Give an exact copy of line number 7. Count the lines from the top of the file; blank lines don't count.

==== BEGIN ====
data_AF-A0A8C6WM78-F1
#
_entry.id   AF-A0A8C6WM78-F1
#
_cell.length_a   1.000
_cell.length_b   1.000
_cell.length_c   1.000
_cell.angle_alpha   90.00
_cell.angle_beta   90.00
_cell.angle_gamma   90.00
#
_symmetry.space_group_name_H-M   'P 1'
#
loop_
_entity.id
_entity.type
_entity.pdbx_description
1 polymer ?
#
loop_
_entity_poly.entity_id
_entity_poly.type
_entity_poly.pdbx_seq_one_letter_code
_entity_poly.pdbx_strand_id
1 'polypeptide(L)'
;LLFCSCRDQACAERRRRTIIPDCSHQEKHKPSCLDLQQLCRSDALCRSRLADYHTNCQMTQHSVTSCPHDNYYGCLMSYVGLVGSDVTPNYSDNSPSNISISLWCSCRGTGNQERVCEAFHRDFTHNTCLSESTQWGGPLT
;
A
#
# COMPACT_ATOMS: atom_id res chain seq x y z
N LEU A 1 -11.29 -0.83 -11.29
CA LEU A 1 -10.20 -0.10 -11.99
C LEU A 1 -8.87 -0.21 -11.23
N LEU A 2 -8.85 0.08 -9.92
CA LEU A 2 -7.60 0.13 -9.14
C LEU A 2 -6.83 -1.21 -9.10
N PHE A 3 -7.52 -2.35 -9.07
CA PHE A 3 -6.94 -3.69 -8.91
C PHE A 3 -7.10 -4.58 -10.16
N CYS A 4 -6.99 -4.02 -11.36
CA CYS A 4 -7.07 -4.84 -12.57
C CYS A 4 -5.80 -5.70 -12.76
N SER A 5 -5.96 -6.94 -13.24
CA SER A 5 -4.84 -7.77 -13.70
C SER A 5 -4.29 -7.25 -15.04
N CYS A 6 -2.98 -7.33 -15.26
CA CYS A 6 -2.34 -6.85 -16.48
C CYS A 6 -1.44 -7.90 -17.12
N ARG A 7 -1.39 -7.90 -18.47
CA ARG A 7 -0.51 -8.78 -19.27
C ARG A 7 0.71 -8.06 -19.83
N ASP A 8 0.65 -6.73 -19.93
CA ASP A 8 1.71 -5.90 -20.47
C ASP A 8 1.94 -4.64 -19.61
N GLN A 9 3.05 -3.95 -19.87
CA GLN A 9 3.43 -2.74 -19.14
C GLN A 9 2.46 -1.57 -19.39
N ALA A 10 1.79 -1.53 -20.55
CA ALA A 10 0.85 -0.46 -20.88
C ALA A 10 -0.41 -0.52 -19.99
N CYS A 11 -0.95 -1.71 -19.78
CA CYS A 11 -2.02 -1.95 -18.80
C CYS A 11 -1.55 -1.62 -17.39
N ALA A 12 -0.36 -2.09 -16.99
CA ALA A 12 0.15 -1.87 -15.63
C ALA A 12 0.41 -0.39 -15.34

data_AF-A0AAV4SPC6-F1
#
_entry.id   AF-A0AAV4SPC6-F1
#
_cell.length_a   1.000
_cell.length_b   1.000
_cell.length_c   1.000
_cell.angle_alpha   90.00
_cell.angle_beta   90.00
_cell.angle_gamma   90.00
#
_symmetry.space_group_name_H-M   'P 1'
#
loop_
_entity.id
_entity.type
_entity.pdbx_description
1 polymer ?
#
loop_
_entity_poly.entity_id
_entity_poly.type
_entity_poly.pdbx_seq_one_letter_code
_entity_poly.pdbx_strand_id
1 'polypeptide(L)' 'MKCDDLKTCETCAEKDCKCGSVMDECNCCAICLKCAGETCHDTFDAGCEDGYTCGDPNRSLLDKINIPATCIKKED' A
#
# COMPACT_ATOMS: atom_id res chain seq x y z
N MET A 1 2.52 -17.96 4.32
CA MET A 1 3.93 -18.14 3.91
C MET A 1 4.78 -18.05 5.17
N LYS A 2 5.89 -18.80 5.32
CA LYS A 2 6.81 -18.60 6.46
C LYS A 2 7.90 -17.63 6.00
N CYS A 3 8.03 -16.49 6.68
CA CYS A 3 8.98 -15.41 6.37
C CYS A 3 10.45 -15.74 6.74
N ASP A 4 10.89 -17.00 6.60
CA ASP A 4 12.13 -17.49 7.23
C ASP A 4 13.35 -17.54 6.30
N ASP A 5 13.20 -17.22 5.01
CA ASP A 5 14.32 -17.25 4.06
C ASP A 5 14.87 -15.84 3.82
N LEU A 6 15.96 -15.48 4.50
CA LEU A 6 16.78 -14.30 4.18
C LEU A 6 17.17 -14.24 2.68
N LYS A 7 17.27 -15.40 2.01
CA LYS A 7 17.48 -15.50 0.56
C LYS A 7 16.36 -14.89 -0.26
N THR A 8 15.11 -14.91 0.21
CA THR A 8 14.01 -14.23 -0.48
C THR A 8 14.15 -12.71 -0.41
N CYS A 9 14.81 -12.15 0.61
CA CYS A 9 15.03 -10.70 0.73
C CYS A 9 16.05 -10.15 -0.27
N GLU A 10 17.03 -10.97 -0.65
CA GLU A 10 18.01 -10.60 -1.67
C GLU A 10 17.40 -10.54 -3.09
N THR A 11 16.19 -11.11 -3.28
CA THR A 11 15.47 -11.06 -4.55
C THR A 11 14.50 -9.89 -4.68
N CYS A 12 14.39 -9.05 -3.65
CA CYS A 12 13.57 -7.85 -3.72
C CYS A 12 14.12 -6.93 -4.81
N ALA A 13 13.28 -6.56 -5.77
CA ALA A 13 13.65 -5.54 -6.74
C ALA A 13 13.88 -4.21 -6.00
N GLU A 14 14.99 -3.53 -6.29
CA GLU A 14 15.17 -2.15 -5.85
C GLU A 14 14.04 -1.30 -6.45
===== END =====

_cell.length_c   1.000